have the power to accept or reject your grant or paper. It's better to walk away for an hour or two, recollect, and then respond professionally and appropriately.

I think writers have it easier in this sphere. Yes, there are snarky and hurtful reviews, but often, critiques are well intentioned and are actually trying to help improve the piece. So when you get some suggestions that batter your ego, don't take it personally. Step back, take a deep breath, evaluate, and then decide on the appropriate response.

For something from the agent's perspective, here are some funny rejection stories from agent Jessica Faust, as well as a more serious post about burning bridges.

That's the end of the neuroscience/writing career advice series. Thoughts? Are the two career paths similar, or are these analogies a stretch?

Switching up tense in the narration

Last week in Twitter's kidlitchat, the subject of narration tense came up. In addition to the traditional 3rd person past tense and 1st person past tense, some authors also use 1st and 3rd person present tense.

This discussion reminded me of A Northern Light by Jennifer Donnelly, which incorporates a clever use of tense switching. The novel weaves together two narratives: a flashback and a more current narrative about the main character. Each chapter is written in 1st person past tense or present tense depending on which narrative it belongs to.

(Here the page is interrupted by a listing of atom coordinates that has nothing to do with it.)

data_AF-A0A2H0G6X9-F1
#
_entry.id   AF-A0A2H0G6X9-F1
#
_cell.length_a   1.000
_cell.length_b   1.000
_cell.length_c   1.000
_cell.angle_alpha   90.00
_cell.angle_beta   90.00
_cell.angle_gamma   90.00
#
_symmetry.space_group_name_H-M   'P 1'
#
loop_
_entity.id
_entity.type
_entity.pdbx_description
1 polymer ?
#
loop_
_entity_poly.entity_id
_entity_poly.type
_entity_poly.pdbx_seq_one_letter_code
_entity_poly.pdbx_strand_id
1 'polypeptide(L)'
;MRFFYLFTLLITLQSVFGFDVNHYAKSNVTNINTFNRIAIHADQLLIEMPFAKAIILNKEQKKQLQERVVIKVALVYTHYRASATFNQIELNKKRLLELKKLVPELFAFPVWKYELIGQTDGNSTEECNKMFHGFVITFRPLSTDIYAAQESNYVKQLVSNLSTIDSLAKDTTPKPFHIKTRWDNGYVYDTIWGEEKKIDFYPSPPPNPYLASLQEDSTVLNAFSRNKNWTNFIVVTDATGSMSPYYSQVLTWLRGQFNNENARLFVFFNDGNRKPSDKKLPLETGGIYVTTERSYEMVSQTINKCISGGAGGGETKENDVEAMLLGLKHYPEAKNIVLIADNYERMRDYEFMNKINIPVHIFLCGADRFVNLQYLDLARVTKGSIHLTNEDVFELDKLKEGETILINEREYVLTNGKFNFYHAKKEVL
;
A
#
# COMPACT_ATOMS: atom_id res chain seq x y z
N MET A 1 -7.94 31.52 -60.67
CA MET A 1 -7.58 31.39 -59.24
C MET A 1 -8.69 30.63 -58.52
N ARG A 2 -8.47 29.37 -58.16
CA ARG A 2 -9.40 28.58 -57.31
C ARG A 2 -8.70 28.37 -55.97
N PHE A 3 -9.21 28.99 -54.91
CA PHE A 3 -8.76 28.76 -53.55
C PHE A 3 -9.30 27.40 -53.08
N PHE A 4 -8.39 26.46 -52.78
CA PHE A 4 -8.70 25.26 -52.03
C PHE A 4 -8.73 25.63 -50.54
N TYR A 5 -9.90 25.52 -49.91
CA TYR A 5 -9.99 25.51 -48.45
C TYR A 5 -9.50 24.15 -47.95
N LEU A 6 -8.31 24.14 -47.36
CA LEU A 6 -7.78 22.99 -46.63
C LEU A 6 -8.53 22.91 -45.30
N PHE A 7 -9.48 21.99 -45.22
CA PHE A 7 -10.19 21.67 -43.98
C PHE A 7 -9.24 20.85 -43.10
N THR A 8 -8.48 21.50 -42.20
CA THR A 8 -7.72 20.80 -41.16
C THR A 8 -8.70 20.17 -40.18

I'm not quite sure how I feel about that strategy. It's a nice subtle way to signal context to the reader, but it might have been a bit too subtle. I was a few chapters in before I realized what was happening. Nevertheless, it's a nice technique to be aware of.

What tense do you prefer in your reading or writing? Have you read any books that employed tense to its advantage?

Noting the things that are missing

There's an excellent post today at edittorrent on "The Words Not Spoken, The Steps Not Taken." The main idea: noticing events that don't happen or elements missing from a scene can make for elegant and powerful description. Go check it out!

Writing Advice from a Neuroscientist Part 3: Don't Spread Yourself Too Thin

This is part 3 of a 4 part series about career advice my graduate adviser gave to his graduate students and postdocs. His advice is for people pursuing an academic science career, but I'm sharing the ones that also apply to writers.

Part 1: Choose your projects carefully
Part 2: Know the literature

Part 3: Don't spread yourself too thin, especially early on in your career

There's so many interesting topics in neuroscience that it's tempting to investigate them all! However, that's a bad idea for two reasons. First, as a young inexperienced scientist, it's hard enough to stay on top of the literature for one topic, let alone two. Second, you want to become well known and established in your subfield. Publishing two papers on memory and two papers on schizophrenia doesn't make you twice as impressive. It just makes you half as impressive to the memory and schizophrenia communities as you would have been if you had focused on one topic.